One of the leading immigration platforms of the Liberal government’s 2015 election campaign was to restore the age of dependent children to “under the age of 22”.
The previous Conservative government had reduced the age for sponsoring dependent children to under the age of 19 – which in plain language means 18 or younger – as of August 1, 2014.
This left immigrant families having to make the difficult choice of leaving young adult children in their home countries. The Liberals announced this proposed change on October 29, 2016 to allow for public commentary. On May 3, 2017, our current Immigration Minister, formally introduced the increased age for dependents, commenting as follows:
“Raising the age of dependents lets more families stay together. This will bring economic and social gains to our country as it enhances our attractiveness as a destination of choice for immigrants and refugees.” The Honorable Ahmed Hussein, Minister of Immigration, Refugees and Citizenship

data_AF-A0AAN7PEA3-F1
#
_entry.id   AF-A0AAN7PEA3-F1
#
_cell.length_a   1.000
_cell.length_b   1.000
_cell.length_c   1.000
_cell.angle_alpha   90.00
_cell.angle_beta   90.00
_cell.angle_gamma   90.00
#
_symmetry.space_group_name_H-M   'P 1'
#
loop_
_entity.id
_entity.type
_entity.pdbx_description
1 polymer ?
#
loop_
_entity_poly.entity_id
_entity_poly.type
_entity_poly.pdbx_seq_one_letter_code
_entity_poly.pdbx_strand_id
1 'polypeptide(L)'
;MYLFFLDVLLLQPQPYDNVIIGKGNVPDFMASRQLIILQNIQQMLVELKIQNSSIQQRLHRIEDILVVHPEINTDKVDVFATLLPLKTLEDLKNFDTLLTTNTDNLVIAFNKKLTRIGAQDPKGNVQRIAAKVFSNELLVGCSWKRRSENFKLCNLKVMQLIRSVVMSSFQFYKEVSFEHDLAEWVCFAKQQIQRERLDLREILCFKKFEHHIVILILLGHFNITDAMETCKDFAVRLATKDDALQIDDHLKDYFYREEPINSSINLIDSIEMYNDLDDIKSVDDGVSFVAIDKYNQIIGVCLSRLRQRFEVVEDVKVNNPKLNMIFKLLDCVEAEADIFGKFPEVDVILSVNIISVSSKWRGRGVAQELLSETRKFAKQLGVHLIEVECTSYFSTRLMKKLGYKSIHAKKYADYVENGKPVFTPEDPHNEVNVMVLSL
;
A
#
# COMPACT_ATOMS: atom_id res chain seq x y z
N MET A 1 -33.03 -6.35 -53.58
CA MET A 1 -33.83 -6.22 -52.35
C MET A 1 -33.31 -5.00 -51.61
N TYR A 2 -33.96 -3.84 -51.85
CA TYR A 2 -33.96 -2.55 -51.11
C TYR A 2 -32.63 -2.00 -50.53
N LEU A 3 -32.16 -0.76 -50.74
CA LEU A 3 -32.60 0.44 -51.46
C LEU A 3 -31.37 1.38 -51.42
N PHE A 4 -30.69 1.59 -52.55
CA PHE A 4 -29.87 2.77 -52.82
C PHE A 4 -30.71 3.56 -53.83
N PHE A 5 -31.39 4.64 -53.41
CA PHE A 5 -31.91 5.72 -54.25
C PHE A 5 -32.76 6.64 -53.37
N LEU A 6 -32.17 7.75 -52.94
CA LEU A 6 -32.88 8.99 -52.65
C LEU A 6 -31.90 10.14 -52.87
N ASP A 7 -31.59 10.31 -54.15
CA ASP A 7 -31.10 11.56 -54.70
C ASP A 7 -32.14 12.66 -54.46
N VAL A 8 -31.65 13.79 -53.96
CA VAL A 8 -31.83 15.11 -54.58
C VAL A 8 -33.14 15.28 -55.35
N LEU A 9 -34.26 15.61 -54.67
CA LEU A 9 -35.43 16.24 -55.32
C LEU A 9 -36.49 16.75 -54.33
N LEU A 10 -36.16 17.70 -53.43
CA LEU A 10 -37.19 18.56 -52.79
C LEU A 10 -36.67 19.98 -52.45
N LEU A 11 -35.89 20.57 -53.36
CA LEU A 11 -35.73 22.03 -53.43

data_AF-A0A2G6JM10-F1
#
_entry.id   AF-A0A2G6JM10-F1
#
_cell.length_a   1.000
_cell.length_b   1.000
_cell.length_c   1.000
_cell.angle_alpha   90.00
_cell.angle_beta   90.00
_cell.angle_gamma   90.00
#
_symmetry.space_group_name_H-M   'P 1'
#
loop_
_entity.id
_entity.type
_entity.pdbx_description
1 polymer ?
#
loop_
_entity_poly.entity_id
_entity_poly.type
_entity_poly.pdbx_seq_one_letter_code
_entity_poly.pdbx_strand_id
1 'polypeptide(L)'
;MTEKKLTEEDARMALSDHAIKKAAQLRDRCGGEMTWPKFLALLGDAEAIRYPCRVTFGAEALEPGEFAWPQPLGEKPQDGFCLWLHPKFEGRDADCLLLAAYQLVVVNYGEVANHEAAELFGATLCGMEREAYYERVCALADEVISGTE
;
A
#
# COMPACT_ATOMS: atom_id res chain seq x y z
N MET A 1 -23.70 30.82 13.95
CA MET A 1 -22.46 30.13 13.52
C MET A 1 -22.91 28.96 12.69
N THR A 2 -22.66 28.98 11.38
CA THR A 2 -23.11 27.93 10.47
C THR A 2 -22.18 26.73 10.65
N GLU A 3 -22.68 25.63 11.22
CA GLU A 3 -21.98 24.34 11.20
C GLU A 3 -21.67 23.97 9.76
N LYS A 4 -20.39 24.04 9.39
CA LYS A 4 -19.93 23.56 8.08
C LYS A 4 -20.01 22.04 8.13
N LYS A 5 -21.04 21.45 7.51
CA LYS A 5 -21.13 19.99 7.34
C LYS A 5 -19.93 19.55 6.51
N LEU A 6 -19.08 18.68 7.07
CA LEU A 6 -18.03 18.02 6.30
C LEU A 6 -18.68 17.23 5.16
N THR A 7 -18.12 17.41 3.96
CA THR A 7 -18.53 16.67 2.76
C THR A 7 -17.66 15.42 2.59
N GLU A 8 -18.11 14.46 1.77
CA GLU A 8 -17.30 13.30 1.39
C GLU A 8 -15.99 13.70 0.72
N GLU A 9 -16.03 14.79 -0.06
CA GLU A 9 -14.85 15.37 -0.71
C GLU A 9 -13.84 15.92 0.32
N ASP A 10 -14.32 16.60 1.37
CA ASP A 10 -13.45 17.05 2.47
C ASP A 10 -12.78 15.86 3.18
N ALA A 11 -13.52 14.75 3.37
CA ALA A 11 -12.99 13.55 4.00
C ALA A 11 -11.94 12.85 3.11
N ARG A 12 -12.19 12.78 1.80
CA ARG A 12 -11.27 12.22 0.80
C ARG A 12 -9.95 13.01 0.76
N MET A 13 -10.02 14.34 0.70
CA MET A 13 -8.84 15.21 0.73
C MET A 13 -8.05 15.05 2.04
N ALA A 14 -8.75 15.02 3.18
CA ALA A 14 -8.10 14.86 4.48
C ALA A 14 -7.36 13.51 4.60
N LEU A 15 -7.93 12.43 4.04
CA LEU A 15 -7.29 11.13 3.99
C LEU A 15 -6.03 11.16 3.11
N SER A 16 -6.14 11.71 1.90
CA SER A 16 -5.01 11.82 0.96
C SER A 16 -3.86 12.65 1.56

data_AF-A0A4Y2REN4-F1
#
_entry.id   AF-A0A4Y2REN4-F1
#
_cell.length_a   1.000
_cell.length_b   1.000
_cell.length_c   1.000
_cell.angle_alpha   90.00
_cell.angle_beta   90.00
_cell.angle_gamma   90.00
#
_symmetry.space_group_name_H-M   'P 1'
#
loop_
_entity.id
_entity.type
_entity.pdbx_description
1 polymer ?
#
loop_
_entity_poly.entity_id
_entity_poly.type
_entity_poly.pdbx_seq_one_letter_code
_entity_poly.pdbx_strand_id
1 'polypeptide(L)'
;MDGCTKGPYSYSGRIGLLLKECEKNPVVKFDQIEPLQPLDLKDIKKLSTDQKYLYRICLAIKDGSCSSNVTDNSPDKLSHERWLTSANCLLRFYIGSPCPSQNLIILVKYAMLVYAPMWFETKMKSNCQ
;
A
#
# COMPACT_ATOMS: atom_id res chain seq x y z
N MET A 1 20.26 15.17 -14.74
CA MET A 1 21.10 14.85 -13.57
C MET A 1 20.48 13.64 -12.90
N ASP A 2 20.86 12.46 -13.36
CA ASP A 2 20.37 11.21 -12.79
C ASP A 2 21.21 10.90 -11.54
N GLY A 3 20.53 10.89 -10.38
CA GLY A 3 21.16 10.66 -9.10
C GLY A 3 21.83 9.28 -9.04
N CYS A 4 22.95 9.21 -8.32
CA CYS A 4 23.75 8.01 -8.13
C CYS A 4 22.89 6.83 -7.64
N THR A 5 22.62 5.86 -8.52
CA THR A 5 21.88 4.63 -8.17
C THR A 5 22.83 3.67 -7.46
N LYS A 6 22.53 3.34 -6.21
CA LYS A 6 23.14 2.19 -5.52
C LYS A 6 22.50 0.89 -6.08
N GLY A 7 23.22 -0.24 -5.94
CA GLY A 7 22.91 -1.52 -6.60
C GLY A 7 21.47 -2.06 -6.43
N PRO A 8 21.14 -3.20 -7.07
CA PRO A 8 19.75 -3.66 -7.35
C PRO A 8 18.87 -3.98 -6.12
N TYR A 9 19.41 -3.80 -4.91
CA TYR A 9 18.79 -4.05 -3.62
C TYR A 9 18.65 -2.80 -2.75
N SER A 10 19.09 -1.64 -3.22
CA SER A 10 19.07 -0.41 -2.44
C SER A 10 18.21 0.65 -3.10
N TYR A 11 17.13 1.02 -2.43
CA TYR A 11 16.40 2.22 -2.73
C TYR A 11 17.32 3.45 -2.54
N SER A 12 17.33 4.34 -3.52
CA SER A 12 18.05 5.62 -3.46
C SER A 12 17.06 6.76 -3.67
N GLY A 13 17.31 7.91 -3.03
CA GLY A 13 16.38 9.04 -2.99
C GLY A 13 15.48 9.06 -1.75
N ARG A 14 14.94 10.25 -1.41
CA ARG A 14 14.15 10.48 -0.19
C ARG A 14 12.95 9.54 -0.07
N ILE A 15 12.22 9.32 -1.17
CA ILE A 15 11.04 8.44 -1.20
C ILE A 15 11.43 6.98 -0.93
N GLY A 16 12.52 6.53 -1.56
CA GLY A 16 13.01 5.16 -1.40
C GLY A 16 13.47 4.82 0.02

While the announcement of the increased age limit is welcome, it will not be made effective until later this year on October 24, 2017.
Furthermore, it is not retroactive which means that the law will stay as it is until October. For applicants with pending applications, they are able to add their dependents aged 19-21 (at the time that they first applied) to their applications in advance of the changes coming into force by asking for consideration on humanitarian and compassionate grounds. However, applicants are cautioned that this may delay the processing of the overall application for all family members.
For recent immigrants who were not able to include their children aged 19-21 as dependents in their permanent resident applications, they will now able to sponsor them as members of the Family Class when the new regulations come into force on October 24.
This announcement is welcome news for immigrant families and is in keeping with Canada’s longstanding policy of re-uniting family members.